Frequently Asked Questions

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Question: Are members of PLANS simply disgruntled parents who have an axe to grind with Waldorf? Waldorf was not what they expected so they want to get back at the Waldorf movement?

Answer: No. Many members and supporters of PLANS are, in fact, parents (some had their children in Waldorf schools for many years) who cannot simply walk away from their Waldorf experience. Out of a need to understand what happened they begin to research the Waldorf movement and its founder - Rudolf Steiner. Many parents feel the need to help others understand what Waldorf is really all about. Some probably do feel bitter but more importantly - they want to help others avoid their experience.

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Question: If Waldorf Education is steeped in occultism why do so many parents send their children there? Are all these parents occultists?

Answer: Waldorf's public presentations are very deceptive. A little research leaves no doubt that Waldorf schools are wholly the creation of Anthroposophy - a occultist religious sect. On the surface Waldorf appears to be a very gentle, arts based pedagogy. When parents look at Waldorf on the Internet or individual school promotional material there is virtually no mention of occultism or the mission of Waldorf movement. There is no mention of soul work or reincarnation even though these concepts are at the root of Waldorf Education, and are present in the classrooms and at faculty meetings.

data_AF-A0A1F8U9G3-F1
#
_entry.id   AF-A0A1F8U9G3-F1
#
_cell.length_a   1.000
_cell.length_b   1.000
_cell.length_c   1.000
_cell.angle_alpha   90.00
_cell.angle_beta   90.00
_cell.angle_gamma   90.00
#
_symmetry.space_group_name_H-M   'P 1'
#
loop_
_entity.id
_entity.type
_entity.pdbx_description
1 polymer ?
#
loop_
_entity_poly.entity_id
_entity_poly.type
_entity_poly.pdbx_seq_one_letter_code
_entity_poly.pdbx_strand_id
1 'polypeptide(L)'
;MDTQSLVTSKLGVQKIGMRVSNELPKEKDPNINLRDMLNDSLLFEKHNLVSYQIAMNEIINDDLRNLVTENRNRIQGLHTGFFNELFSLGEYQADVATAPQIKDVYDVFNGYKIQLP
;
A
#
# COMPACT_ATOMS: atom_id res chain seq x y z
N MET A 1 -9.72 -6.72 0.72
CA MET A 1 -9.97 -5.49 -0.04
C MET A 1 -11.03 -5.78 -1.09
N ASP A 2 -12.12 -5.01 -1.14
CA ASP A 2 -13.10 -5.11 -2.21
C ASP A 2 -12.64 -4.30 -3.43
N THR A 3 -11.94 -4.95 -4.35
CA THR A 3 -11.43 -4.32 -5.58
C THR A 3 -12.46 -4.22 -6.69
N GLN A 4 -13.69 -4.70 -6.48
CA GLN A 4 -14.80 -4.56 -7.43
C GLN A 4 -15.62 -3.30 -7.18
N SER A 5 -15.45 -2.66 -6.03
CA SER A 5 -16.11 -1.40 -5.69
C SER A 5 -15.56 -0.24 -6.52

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Question: Why don't parents simply pull their children out of Waldorf schools when/if they learn of the occultism?

Answer: Many parents do pull their children from Waldorf schools. PLANS would like to see data from Waldorf Schools for a statistical comparison with other independent schools' enrollment/retention records.

Waldorf education differs from other schools in many ways. It is difficult to simply pull a child and enroll him/her elsewhere. For example, Waldorf discourages reading until the second grade; a child arriving in a public school for grade two after a year at Waldorf would find it very difficult, academically, to catch up. Many ex-Waldorf students require private tutors. Waldorf Education involves learning-by-copying in the elementary years - virtually every lesson is copied from the teacher. Changing to another school can be difficult for young children.